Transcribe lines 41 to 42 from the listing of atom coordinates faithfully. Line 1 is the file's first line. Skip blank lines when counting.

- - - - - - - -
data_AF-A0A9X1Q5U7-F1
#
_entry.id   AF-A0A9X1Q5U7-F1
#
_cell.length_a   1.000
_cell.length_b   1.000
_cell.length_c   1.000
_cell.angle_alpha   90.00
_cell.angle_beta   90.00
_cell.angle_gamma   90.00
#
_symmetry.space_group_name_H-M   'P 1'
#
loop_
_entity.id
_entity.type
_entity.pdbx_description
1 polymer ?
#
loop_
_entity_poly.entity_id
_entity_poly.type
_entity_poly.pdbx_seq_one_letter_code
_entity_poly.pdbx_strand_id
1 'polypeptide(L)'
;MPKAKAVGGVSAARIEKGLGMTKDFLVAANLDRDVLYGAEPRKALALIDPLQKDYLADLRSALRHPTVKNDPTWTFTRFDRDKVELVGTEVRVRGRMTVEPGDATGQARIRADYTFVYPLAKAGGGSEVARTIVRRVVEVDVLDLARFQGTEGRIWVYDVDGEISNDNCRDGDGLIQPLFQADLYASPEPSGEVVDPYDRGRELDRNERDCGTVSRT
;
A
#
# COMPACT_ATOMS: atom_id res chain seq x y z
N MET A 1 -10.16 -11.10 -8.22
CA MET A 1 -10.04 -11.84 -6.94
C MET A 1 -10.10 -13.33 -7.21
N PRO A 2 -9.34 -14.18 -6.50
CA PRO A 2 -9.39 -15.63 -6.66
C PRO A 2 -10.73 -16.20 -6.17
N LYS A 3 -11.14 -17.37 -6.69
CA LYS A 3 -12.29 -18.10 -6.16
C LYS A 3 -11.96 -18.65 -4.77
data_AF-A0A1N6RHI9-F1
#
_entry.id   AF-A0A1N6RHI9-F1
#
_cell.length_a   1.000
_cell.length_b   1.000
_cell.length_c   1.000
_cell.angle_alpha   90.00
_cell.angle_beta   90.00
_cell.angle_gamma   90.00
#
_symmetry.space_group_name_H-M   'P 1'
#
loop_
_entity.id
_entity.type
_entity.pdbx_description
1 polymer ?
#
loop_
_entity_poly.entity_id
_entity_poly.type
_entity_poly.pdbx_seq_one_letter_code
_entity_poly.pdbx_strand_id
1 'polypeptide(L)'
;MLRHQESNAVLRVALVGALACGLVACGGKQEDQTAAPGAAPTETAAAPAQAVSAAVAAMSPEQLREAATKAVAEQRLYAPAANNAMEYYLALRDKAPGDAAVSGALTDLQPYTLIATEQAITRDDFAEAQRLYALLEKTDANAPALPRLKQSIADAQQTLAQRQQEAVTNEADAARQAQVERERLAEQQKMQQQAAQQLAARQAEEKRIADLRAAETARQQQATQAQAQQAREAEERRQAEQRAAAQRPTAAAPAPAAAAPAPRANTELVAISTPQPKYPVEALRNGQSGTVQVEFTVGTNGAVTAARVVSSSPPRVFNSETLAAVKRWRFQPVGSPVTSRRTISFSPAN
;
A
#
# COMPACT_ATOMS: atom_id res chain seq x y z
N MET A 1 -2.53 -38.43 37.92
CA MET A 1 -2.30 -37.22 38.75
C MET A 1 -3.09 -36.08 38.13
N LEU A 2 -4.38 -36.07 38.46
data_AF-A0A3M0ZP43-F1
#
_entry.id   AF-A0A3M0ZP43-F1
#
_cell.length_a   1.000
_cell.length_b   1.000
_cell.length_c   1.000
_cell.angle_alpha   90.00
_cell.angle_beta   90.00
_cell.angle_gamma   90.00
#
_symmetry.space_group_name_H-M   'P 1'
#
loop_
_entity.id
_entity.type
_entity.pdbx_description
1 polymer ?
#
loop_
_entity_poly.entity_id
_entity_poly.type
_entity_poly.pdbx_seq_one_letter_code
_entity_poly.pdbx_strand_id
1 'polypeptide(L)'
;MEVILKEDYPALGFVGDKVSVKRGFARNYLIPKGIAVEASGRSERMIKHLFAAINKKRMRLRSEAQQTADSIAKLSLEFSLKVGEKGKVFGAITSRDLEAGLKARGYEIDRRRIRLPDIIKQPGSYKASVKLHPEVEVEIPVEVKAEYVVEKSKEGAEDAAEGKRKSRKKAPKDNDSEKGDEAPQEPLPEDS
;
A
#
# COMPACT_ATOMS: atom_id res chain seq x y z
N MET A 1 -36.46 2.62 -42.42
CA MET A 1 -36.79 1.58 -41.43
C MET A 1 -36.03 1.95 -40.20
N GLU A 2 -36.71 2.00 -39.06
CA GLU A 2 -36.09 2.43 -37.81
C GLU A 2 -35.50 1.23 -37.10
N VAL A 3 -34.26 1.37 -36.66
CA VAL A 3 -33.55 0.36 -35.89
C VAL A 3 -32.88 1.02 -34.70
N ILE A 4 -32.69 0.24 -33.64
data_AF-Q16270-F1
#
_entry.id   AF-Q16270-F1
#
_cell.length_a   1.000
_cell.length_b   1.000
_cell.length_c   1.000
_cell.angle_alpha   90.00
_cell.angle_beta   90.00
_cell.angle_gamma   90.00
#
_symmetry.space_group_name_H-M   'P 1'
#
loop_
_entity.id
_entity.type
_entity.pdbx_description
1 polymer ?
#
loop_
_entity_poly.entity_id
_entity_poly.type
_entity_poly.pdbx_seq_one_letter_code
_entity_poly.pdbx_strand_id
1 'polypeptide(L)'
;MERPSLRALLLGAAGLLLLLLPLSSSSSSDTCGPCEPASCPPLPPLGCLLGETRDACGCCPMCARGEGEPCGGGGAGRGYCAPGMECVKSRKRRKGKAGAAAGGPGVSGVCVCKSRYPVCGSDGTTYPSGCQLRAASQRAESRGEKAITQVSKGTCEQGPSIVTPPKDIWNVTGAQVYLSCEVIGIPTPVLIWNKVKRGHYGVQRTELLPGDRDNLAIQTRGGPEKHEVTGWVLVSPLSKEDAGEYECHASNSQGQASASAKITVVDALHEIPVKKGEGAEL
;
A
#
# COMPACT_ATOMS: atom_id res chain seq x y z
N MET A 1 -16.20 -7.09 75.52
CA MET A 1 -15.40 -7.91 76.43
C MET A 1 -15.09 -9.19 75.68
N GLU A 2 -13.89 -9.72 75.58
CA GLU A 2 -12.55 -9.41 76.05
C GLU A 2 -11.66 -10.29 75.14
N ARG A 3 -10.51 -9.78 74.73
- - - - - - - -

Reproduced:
#
_entry.id   AF-A0A1N6RHI9-F1